saying-40; the grapevine destroyed.



if you want to experience what he meant

saying- 40; the grapevine destroyed.





Jesus says,

A grapevine has been planted outside of the father,

but being unsound,

it will be pulled up by its roots and destroyed.






If the previous saying and this one really have a close textual connection, this saying could

be taken as a clarification of saying-39, and, as in Matthew, the teachings of Pharisees and

scribes may be referred to. In that case, his hearers might have heard Jesus actually say

that the Mosaic Law, although not being negatively labeled as a grapevine, would have had its

days. Imaging the public dismay provoked by such words! It would illustrate Jesus' aversion

to rules and ritual, as these serve no purpose to find the kingdom.


The saying may also refer to Jesus' own teaching: as his message was certainly not confined to

the boundaries of the Hebrew religion, he is sarcastically lamenting that his message will

therefore not be accepted, but finally even rooted out.

Furthermore, there is no reason to adhere a kind of apocalyptic significance to these words;

at least, not from the Thomas' texts.


Mack BL (1993) states that the concept of God as a father was widespread at the time,

so the Jesus people were not laying claim to any particular tradition of religious thinking or

inventing a new theology. I think that this precisely the reason why Thomas’ Jesus so often

complained that only very few really understood what he meant, because he did teach

something new, something of an extraordinary nature. His use of 'usual' expressions were

only meant to lead their thinking into the right direction of his teaching's meaning, not to

define its final goal.

In the absence of a clear definition of the kingdom of the father they filled in for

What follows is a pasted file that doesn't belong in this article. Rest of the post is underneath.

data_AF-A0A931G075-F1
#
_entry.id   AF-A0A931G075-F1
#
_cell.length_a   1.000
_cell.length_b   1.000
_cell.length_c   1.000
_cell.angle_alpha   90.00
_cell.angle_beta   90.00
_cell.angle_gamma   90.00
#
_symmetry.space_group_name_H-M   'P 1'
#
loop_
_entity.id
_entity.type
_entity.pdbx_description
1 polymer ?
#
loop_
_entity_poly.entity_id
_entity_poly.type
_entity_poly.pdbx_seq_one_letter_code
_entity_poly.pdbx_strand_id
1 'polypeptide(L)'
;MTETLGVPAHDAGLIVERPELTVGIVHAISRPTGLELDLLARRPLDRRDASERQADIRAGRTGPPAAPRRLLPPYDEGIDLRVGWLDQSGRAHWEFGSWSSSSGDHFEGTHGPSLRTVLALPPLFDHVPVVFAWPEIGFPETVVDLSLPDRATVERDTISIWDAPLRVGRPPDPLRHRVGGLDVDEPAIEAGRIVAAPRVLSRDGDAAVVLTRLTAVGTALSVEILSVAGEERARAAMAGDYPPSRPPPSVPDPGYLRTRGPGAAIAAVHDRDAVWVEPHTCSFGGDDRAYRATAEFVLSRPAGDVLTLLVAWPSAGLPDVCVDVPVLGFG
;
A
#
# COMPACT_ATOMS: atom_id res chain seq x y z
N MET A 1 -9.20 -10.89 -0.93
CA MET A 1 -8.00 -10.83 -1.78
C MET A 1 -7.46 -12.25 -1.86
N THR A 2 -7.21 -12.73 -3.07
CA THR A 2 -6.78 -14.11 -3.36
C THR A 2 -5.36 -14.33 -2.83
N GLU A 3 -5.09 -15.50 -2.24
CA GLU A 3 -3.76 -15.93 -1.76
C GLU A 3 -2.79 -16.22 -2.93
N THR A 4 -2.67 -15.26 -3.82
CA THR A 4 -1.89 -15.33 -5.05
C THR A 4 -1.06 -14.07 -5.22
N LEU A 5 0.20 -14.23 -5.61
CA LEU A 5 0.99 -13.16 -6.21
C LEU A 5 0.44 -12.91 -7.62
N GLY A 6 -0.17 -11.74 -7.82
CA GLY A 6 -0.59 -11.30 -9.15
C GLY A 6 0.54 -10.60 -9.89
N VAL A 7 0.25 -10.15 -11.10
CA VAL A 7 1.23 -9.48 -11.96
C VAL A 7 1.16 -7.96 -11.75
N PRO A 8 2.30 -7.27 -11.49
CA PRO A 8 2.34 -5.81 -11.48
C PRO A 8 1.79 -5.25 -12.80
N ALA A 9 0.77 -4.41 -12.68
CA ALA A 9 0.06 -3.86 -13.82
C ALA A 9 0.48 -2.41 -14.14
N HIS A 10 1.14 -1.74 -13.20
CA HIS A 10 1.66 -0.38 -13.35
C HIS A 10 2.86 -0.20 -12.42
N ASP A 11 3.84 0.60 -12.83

themselves what it signified, ending up by what they had thought all the time.

If Jesus' hearers had understand him correctly,

they would not have formed groups in his name to honor the Hebrew God.

From various sayings it is obvious that Jesus' hearers indeed completely

misunderstood what he meant by the kingdom.





On second thoughts:

additionally to saying-15, this saying may also be taken as a cynical lamentation

that no spiritual understanding will abide in the mind of those who cling so vehemently to

their familiar ideas, and are completely reluctant to open their minds to the new teaching.

It is hard indeed to pour new wine into old wineskins.



Originally the teachings struck like a thunderbolt, but ultimately its resonance remained

limited to the person of Jesus himself, whereas his teachings were already in phase again

with familiar thought by the time his past appearance had transformed into a social

phenomenon. We have to be careful, therefore, not to interpret all sayings from a social

perspective, but we should have the courage to imaging their meaning as coming from

the mouth of a charismatic master, who in a spiritual sense, was a revolutionary, but

only as to the content of his teaching.



Also in:

Matthew 15:13.